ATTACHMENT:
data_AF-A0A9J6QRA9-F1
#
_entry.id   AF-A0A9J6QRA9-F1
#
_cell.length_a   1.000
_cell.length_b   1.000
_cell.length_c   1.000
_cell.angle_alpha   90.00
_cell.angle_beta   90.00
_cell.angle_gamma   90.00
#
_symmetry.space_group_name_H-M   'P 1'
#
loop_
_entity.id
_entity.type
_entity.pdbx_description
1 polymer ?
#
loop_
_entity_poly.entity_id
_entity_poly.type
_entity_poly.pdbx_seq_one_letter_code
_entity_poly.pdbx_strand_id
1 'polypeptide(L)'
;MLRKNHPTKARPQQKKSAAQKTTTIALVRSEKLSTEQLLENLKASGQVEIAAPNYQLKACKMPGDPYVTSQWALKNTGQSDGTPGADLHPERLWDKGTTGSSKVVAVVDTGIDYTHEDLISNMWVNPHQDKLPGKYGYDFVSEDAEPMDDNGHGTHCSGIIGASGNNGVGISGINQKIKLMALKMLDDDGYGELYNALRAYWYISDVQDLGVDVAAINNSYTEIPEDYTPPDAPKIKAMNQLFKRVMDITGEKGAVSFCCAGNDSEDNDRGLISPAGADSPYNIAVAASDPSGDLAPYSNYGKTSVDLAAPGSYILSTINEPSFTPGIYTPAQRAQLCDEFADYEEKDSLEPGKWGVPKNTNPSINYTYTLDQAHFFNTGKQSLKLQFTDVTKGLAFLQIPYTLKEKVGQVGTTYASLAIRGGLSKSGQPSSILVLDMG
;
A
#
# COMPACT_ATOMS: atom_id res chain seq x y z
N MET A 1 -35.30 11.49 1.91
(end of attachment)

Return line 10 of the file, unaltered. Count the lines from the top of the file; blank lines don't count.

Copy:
_cell.angle_gamma   90.00